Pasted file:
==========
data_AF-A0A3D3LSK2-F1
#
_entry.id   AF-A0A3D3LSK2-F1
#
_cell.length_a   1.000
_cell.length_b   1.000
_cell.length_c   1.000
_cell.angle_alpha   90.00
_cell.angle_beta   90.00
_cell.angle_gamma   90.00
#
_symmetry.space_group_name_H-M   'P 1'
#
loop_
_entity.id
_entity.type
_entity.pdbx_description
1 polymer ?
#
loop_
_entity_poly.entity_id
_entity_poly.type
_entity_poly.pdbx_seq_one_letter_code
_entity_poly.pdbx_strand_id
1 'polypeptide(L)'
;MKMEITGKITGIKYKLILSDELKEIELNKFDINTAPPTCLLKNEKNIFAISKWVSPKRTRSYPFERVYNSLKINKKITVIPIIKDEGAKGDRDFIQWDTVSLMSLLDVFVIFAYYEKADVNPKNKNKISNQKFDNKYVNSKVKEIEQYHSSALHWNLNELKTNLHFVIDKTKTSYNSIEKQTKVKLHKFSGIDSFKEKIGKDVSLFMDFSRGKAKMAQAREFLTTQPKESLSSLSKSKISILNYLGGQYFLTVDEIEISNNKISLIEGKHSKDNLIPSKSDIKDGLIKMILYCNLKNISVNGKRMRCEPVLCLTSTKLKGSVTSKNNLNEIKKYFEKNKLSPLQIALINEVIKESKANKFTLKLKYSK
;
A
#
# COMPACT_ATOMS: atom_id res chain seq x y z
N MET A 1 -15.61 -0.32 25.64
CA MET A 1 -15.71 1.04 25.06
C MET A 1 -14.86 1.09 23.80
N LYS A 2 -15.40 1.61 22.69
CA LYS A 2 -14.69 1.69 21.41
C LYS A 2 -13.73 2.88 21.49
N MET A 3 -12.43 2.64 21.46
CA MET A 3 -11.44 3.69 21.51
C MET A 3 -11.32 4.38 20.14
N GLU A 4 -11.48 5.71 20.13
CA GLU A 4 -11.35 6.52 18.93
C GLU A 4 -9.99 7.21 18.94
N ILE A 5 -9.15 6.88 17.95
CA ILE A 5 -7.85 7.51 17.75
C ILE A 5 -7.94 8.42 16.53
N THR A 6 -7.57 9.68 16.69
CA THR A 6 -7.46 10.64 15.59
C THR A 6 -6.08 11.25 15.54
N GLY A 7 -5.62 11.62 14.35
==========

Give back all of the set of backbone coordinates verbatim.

data_AF-A0A3D3LSK2-F1
#
_entry.id   AF-A0A3D3LSK2-F1
#
_cell.length_a   1.000
_cell.length_b   1.000
_cell.length_c   1.000
_cell.angle_alpha   90.00
_cell.angle_beta   90.00
_cell.angle_gamma   90.00
#
_symmetry.space_group_name_H-M   'P 1'
#
loop_
_entity.id
_entity.type
_entity.pdbx_description
1 polymer ?
#
loop_
_entity_poly.entity_id
_entity_poly.type
_entity_poly.pdbx_seq_one_letter_code
_entity_poly.pdbx_strand_id
1 'polypeptide(L)'
;MKMEITGKITGIKYKLILSDELKEIELNKFDINTAPPTCLLKNEKNIFAISKWVSPKRTRSYPFERVYNSLKINKKITVIPIIKDEGAKGDRDFIQWDTVSLMSLLDVFVIFAYYEKADVNPKNKNKISNQKFDNKYVNSKVKEIEQYHSSALHWNLNELKTNLHFVIDKTKTSYNSIEKQTKVKLHKFSGIDSFKEKIGKDVSLFMDFSRGKAKMAQAREFLTTQPKESLSSLSKSKISILNYLGGQYFLTVDEIEISNNKISLIEGKHSKDNLIPSKSDIKDGLIKMILYCNLKNISVNGKRMRCEPVLCLTSTKLKGSVTSKNNLNEIKKYFEKNKLSPLQIALINEVIKESKANKFTLKLKYSK
;
A
#
# COMPACT_ATOMS: atom_id res chain seq x y z
N MET A 1 -15.61 -0.32 25.64
CA MET A 1 -15.71 1.04 25.06
C MET A 1 -14.86 1.09 23.80
N LYS A 2 -15.40 1.61 22.69
CA LYS A 2 -14.69 1.69 21.41
C LYS A 2 -13.73 2.88 21.49
N MET A 3 -12.43 2.64 21.46
CA MET A 3 -11.44 3.69 21.51
C MET A 3 -11.32 4.38 20.14
N GLU A 4 -11.48 5.71 20.13
CA GLU A 4 -11.35 6.52 18.93
C GLU A 4 -9.99 7.21 18.94
N ILE A 5 -9.15 6.88 17.95
CA ILE A 5 -7.85 7.51 17.75
C ILE A 5 -7.94 8.42 16.53
N THR A 6 -7.57 9.68 16.69
CA THR A 6 -7.46 10.64 15.59
C THR A 6 -6.08 11.25 15.54
N GLY A 7 -5.62 11.62 14.35